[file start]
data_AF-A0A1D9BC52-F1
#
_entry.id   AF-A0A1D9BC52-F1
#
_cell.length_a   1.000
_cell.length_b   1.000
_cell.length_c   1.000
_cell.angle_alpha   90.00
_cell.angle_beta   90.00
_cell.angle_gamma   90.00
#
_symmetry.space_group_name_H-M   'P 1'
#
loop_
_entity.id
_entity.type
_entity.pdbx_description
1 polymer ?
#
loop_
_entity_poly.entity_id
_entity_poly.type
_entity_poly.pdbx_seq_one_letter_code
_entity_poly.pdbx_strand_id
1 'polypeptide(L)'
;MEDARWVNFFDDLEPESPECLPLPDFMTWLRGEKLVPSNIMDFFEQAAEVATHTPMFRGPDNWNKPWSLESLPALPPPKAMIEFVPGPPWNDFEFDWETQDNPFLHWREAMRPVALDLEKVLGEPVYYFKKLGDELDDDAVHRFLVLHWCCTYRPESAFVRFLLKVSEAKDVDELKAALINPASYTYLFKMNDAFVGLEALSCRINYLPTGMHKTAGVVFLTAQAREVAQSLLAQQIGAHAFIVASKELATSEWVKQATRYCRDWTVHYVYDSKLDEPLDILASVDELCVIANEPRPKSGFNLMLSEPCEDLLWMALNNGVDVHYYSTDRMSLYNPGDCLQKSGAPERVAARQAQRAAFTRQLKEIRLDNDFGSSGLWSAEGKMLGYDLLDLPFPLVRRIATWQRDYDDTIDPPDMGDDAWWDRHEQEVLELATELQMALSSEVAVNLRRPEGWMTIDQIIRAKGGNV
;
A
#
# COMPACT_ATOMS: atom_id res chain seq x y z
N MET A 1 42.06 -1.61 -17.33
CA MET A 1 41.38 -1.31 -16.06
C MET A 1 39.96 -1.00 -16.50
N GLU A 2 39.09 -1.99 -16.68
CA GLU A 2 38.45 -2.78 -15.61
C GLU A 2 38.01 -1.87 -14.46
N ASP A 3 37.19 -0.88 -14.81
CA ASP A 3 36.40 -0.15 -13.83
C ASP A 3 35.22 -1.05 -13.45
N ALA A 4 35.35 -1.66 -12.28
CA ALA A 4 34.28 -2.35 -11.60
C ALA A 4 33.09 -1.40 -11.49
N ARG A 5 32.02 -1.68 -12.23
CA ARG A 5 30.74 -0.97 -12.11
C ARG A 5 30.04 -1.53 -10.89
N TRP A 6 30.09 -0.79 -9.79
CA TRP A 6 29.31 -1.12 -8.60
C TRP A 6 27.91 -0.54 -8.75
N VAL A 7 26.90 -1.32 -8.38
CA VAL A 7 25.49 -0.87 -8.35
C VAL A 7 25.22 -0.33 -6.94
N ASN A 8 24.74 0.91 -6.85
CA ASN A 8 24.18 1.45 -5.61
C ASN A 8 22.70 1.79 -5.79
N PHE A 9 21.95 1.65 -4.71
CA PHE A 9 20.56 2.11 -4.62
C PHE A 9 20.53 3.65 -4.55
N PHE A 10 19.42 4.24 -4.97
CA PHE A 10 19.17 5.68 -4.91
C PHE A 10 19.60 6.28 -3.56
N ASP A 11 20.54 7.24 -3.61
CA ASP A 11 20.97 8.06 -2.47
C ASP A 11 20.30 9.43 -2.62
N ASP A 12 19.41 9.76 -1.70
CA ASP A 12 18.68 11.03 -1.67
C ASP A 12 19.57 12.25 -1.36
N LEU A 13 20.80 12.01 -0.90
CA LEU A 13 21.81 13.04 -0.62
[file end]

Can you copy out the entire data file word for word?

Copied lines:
data_AF-A0A1D9BC52-F1
#
_entry.id   AF-A0A1D9BC52-F1
#
_cell.length_a   1.000
_cell.length_b   1.000
_cell.length_c   1.000
_cell.angle_alpha   90.00
_cell.angle_beta   90.00
_cell.angle_gamma   90.00
#
_symmetry.space_group_name_H-M   'P 1'
#
loop_
_entity.id
_entity.type
_entity.pdbx_description
1 polymer ?
#
loop_
_entity_poly.entity_id
_entity_poly.type
_entity_poly.pdbx_seq_one_letter_code
_entity_poly.pdbx_strand_id
1 'polypeptide(L)'
;MEDARWVNFFDDLEPESPECLPLPDFMTWLRGEKLVPSNIMDFFEQAAEVATHTPMFRGPDNWNKPWSLESLPALPPPKAMIEFVPGPPWNDFEFDWETQDNPFLHWREAMRPVALDLEKVLGEPVYYFKKLGDELDDDAVHRFLVLHWCCTYRPESAFVRFLLKVSEAKDVDELKAALINPASYTYLFKMNDAFVGLEALSCRINYLPTGMHKTAGVVFLTAQAREVAQSLLAQQIGAHAFIVASKELATSEWVKQATRYCRDWTVHYVYDSKLDEPLDILASVDELCVIANEPRPKSGFNLMLSEPCEDLLWMALNNGVDVHYYSTDRMSLYNPGDCLQKSGAPERVAARQAQRAAFTRQLKEIRLDNDFGSSGLWSAEGKMLGYDLLDLPFPLVRRIATWQRDYDDTIDPPDMGDDAWWDRHEQEVLELATELQMALSSEVAVNLRRPEGWMTIDQIIRAKGGNV
;
A
#
# COMPACT_ATOMS: atom_id res chain seq x y z
N MET A 1 42.06 -1.61 -17.33
CA MET A 1 41.38 -1.31 -16.06
C MET A 1 39.96 -1.00 -16.50
N GLU A 2 39.09 -1.99 -16.68
CA GLU A 2 38.45 -2.78 -15.61
C GLU A 2 38.01 -1.87 -14.46
N ASP A 3 37.19 -0.88 -14.81
CA ASP A 3 36.40 -0.15 -13.83
C ASP A 3 35.22 -1.05 -13.45
N ALA A 4 35.35 -1.66 -12.28
CA ALA A 4 34.28 -2.35 -11.60
C ALA A 4 33.09 -1.40 -11.49
N ARG A 5 32.02 -1.68 -12.23
CA ARG A 5 30.74 -0.97 -12.11
C ARG A 5 30.04 -1.53 -10.89
N TRP A 6 30.09 -0.79 -9.79
CA TRP A 6 29.31 -1.12 -8.60
C TRP A 6 27.91 -0.54 -8.75
N VAL A 7 26.90 -1.32 -8.38
CA VAL A 7 25.49 -0.87 -8.35
C VAL A 7 25.22 -0.33 -6.94
N ASN A 8 24.74 0.91 -6.85
CA ASN A 8 24.18 1.45 -5.61
C ASN A 8 22.70 1.79 -5.79
N PHE A 9 21.95 1.65 -4.71
CA PHE A 9 20.56 2.11 -4.62
C PHE A 9 20.53 3.65 -4.55
N PHE A 10 19.42 4.24 -4.97
CA PHE A 10 19.17 5.68 -4.91
C PHE A 10 19.60 6.28 -3.56
N ASP A 11 20.54 7.24 -3.61
CA ASP A 11 20.97 8.06 -2.47
C ASP A 11 20.30 9.43 -2.62
N ASP A 12 19.41 9.76 -1.70
CA ASP A 12 18.68 11.03 -1.67
C ASP A 12 19.57 12.25 -1.36
N LEU A 13 20.80 12.01 -0.90
CA LEU A 13 21.81 13.04 -0.62